Author explains some of the perceived shortcomings of TFS and what solutions exist that can eventually replace the functionality of TFS. Basic premise is that TFS is a tool that promises to do everything, but in actuality does it all poorly (and doesn't talk to anything else).
With TFS, the product manager can create work items. The architect or developer can create tasks. A project manager can sync these tasks into a Microsoft project file and prepare a schedule. This schedule can be uploaded back into the team system. The tester can create test cases against the requirements. The test results can be recorded in TFS either manually or using Test manager. Loads of reports can be created from TFS like progress of the project, and quality of the product.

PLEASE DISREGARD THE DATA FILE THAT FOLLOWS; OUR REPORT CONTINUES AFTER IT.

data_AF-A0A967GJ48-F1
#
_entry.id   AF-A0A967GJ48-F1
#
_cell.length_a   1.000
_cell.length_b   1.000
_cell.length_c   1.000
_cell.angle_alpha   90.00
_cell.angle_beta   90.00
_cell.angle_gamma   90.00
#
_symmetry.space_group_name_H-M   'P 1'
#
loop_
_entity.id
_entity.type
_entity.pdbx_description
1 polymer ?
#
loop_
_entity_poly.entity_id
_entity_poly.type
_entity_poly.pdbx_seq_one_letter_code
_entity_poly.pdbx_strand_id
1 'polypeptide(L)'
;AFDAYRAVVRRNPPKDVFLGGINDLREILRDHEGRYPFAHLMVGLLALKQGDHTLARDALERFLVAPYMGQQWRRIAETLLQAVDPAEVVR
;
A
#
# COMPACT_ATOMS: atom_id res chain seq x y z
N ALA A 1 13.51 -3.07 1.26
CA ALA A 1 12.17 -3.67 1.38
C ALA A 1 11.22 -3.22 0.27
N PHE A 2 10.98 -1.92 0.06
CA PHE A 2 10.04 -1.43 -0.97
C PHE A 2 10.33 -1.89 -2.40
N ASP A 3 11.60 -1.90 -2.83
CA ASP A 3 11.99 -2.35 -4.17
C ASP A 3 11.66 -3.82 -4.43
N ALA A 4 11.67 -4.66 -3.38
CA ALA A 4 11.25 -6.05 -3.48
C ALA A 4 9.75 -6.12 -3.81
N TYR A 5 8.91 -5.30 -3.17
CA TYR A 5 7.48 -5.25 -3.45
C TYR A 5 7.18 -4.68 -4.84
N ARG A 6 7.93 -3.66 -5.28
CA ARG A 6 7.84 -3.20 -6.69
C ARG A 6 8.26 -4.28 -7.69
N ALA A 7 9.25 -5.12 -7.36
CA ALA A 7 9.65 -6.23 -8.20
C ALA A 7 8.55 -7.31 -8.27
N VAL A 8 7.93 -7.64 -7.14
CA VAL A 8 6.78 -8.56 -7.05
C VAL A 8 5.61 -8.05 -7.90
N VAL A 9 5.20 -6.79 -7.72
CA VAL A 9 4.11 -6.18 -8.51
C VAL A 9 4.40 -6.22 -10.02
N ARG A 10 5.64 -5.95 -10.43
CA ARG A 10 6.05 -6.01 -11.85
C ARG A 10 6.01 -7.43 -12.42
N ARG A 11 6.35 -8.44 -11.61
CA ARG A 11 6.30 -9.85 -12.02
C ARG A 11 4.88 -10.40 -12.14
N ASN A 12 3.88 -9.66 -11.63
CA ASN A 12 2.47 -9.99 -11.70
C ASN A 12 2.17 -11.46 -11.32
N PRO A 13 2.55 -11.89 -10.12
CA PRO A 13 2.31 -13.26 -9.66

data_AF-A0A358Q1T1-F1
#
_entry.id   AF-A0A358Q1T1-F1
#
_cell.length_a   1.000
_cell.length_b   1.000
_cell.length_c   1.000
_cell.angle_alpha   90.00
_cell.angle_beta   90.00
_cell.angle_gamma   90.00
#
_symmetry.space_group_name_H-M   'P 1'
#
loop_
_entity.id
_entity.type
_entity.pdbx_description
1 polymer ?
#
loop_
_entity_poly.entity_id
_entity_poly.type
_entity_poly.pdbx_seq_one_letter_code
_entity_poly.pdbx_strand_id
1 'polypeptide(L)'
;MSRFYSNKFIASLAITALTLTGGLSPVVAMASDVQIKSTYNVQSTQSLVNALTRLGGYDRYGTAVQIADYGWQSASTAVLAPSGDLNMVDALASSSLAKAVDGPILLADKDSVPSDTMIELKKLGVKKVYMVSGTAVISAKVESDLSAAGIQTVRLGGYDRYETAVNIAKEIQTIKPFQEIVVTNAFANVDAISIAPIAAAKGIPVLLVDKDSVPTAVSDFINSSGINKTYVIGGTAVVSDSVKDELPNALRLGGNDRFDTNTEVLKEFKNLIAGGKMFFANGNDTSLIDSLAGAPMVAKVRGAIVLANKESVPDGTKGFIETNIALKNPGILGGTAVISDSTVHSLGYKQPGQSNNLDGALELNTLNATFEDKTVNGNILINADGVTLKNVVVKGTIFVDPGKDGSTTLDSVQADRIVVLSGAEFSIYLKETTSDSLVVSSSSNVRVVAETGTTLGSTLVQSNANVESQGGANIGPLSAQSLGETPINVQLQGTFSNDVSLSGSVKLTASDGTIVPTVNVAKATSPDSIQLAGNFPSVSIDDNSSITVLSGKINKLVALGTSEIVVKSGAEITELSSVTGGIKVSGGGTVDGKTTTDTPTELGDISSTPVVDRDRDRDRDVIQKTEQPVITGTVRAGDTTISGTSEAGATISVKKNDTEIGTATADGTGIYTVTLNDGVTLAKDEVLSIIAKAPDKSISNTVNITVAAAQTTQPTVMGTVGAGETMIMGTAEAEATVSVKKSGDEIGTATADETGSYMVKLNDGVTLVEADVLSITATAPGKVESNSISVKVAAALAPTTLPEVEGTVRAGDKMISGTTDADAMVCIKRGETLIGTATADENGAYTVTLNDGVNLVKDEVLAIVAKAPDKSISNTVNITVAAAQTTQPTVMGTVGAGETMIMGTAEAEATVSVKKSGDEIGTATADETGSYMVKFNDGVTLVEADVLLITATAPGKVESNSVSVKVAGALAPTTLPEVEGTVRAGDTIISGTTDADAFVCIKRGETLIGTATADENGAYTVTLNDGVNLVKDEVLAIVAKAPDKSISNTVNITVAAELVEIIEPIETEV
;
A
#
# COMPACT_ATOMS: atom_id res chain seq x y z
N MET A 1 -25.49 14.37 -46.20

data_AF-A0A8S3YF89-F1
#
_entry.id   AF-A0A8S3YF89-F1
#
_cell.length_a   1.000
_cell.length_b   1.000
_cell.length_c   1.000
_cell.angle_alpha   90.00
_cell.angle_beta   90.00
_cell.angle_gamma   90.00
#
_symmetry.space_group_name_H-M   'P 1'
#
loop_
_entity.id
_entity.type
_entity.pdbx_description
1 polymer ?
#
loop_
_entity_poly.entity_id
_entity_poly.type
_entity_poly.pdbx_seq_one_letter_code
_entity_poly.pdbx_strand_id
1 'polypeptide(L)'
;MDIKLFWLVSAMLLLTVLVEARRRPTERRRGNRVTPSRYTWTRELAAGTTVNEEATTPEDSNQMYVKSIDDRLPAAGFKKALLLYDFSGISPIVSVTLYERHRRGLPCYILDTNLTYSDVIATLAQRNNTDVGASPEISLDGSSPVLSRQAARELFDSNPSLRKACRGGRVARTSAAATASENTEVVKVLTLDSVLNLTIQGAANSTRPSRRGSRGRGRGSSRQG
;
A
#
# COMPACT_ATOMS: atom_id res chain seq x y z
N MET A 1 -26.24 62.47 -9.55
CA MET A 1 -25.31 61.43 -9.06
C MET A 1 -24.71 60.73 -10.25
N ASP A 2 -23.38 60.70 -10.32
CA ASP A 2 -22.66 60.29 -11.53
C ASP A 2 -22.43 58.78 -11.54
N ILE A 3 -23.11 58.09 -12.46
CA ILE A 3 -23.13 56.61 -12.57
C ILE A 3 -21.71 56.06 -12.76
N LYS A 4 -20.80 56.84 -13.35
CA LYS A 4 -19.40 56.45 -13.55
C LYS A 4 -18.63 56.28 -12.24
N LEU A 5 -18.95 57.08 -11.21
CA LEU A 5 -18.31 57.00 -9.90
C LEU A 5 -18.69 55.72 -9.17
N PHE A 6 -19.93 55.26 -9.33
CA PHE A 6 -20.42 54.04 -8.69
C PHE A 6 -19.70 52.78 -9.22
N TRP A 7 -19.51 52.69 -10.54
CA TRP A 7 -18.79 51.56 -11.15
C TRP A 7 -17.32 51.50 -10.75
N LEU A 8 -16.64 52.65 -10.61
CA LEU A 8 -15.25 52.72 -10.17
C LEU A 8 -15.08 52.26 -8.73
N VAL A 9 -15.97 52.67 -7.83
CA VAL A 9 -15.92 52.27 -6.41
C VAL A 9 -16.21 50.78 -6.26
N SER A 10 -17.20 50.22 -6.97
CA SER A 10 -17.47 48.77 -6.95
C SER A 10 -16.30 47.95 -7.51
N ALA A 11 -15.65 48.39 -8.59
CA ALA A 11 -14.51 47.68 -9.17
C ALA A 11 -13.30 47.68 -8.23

As a version control system, it has a few shortcomings. But, there are work-arounds to them. There are various tools that are built around TFS. One of them is TFS Shell extensions. This allows TFS to work more like SVN. If you do not like TFS integration from Visual Studio, you could use TFS Shell extensions.
I do agree that a lot of training is involved in getting to understand TFS. Also, most organizations do not like TFS because of Vendor lock-in or they already have existing systems to do requirements management, test management etc.
If the organization is working on Microsoft .Net technologies alone, TFS is the way to go.